Layers in Sketchbook

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Layers are a big part of Sketchbook. They help you organize the content that make up your image. They are used a lot for complex drawing and projects. Do you want to import an image? The image will be loaded onto its own layer.

What are layers

Think of layers as transparent sheets of plastic that get combined, can be ordered and reordered, to create a picture. If you were drawing a scene of someone sitting at a beach, you could break down the scene into layers or even layer groups. One could be the sand. Another, the water. Yet another could be the person sitting. Another, the landscape. When each of these are combined, you create the overall image.

You might be asking why anyone would draw like this. Traditionally, you have a piece of paper and you draw, building up your image. Well, with layers, you are still building up your image; however, when you need to erase something or want to change something that's on one layer, the rest of your image isn’t in jeopardy.

In the case of comic book artists, a panel might use four basic layers. Pencils, ink, and color layers, separated strategically from one another, as well as from the background plate. This makes it easy to change elements or add them later.

They can be used as a ‘preservation’ tool. If you’re happy with a certain aspect of your art, start a new layer and continue fresh. You can choose to merge all layers afterwards, or keep them separated for future edits.

If you find yourself using lots of layers, the Layer Editor can become cluttered fast. Consider grouping layers into folders. With Sketchbook, you can group layers and group groups with up to 9 levels.

Layers can be created, duplicated, merged, turned on and off, reordered, blended, and deleted using the Layer Editor. As content is added to a layer, the Layer Editor Preview updates, displaying the content and making it easier to identify a layer.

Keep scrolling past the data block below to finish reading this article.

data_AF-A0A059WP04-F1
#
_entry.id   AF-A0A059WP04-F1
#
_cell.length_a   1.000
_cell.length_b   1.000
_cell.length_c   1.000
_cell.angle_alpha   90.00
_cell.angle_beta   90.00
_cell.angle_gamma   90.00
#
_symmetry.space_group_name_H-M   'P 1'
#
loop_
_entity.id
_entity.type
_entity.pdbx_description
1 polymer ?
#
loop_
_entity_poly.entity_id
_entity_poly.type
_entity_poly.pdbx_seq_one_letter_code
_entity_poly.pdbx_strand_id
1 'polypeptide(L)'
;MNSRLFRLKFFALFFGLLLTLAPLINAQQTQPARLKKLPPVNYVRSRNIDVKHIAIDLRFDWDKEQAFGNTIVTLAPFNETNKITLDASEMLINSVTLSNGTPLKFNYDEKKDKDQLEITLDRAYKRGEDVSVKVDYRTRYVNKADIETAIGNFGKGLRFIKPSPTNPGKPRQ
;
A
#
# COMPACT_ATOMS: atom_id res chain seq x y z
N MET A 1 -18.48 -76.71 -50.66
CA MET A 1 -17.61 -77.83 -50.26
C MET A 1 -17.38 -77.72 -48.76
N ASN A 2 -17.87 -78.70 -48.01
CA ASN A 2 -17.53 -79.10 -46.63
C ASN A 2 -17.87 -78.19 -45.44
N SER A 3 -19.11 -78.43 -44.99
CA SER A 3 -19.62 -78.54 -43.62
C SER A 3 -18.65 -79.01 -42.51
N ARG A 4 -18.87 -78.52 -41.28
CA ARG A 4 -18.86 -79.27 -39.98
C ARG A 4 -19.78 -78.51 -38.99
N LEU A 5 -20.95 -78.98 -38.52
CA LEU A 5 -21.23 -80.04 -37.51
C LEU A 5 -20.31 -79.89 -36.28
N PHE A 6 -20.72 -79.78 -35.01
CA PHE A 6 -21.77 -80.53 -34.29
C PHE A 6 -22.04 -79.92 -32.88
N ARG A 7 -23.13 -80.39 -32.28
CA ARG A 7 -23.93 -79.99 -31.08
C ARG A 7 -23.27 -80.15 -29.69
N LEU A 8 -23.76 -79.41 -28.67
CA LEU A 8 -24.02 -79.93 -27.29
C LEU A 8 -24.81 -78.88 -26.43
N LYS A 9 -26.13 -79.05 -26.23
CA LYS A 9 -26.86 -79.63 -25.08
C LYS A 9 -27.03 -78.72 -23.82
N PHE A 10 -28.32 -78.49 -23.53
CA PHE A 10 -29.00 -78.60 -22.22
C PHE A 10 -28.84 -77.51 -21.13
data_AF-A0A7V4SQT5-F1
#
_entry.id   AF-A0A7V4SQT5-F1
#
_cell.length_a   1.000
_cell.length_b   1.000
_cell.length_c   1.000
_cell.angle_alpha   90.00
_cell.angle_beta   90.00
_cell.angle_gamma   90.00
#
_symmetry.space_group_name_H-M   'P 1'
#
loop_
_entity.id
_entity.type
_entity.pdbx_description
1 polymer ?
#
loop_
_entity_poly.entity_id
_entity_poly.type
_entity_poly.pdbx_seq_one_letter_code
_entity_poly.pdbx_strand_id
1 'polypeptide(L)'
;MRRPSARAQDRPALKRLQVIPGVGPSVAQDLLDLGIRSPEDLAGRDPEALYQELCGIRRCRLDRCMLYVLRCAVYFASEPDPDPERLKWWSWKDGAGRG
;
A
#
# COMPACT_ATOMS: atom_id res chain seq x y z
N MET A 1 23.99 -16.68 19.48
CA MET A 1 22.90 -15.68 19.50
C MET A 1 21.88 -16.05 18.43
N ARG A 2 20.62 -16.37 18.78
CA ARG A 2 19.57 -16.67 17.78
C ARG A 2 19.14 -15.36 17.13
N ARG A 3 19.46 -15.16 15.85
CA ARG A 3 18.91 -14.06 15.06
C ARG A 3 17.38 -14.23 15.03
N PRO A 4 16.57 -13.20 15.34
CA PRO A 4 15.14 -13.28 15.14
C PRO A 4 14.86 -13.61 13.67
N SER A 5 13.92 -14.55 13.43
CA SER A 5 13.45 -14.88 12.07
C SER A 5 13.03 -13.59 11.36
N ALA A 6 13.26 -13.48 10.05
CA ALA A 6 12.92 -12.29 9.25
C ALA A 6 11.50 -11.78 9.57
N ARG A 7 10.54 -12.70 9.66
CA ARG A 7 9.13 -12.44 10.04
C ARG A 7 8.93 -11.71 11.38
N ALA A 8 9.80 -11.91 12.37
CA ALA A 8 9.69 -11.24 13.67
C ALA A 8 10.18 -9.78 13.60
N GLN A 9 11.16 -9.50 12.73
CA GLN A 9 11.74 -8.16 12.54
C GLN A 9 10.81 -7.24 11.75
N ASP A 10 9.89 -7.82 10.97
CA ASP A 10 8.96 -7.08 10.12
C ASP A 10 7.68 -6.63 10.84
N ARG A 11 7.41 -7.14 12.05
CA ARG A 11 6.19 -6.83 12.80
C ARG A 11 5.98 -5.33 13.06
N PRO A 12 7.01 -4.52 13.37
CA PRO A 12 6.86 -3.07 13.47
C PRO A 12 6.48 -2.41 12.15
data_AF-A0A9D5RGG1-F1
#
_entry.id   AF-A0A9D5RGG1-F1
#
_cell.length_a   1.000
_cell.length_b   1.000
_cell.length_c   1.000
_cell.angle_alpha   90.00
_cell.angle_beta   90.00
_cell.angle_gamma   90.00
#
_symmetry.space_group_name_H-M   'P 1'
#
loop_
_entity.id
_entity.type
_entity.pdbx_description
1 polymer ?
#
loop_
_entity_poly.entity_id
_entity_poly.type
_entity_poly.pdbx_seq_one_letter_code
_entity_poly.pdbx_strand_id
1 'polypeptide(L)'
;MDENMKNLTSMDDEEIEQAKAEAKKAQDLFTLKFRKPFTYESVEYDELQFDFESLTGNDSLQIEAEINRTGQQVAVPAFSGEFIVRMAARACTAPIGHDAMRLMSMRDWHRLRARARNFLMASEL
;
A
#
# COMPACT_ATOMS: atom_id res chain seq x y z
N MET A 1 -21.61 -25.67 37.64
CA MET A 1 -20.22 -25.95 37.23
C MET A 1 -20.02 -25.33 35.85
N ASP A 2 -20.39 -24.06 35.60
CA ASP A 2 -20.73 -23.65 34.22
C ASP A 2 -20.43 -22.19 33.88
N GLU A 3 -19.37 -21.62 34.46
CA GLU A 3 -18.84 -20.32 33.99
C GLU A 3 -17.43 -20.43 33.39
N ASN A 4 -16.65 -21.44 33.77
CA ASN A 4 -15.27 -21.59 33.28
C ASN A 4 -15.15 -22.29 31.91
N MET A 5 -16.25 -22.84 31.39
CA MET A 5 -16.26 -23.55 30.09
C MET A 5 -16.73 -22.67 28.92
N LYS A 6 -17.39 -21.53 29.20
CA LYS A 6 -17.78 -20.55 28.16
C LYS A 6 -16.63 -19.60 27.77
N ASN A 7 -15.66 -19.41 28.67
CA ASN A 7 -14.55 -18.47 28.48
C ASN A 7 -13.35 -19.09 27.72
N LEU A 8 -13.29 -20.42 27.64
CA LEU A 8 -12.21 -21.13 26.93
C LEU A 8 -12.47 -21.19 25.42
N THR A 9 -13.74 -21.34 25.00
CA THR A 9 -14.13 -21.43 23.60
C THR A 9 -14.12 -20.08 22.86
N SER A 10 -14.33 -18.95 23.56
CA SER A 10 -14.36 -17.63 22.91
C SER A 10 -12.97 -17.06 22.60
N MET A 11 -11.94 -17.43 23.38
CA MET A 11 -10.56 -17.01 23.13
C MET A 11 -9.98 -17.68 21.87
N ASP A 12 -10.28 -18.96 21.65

How do Sketchbook layers differ on each platform

The number of layers available is dependent on the capabilities of your device. If you have tons of apps running in the background, your device is low on memory, or your canvas is huge, this will affect the number of layers available.

We have tried to make the Layer Editor and tools as consistent as possible across platforms. However, due to the form factor of some devices, you will see some minor differences in design. Whenever a tool acts slightly different on a platform, a note has been added.

If you want to transfer images containing files, check out this article: Transferring images with layers

Preview (thumbnail)

Each layer, with the exception of the background layer, displays a preview of the layer content. As you sketch, this thumbnail image updates to shows the current layer content, making it easier to identify one layer from another.

Layers in Sketchbook Pro for desktop

Using desktop layers in Sketchbook

To access the Layer Editor and its layers, in the toolbar, tap

There are three types of layers:

Regular layers contain functionality for showing/hiding the layer content, locking the layer, changing opacity, creating a clipping mask‍ and accessing other layer tools through the marking menu. As you add content to your canvas, the layer corresponding to it will update, displaying a thumbnail preview of the content.

The background layer is used for setting the color of the canvas and creating an alpha channel‍. It is at the bottom of the Layer Editor.

Text layers contain the text created with the Text tool.

If you want to try your hand at some animation, check out FlipBook. It has a foreground, midground, and background layer for your animation. 

Layers in Sketchbook for mobile devices

Layers in Sketchbook for handheld devices

If you're on a tablet, to access the Layer Editor and its layers, the editor should already be visible. If it isn't, then your UI is hidden. See either Basic UI elements or How to use Rapid UI mode.

If you're on a handheld device, to access the Layer Editor and its layers, in the toolbar, tap Layer icon in Sketchbook for mobile.

Layers are found in the Layer Editor, under + (the Add Layer tool). There are three types of layers: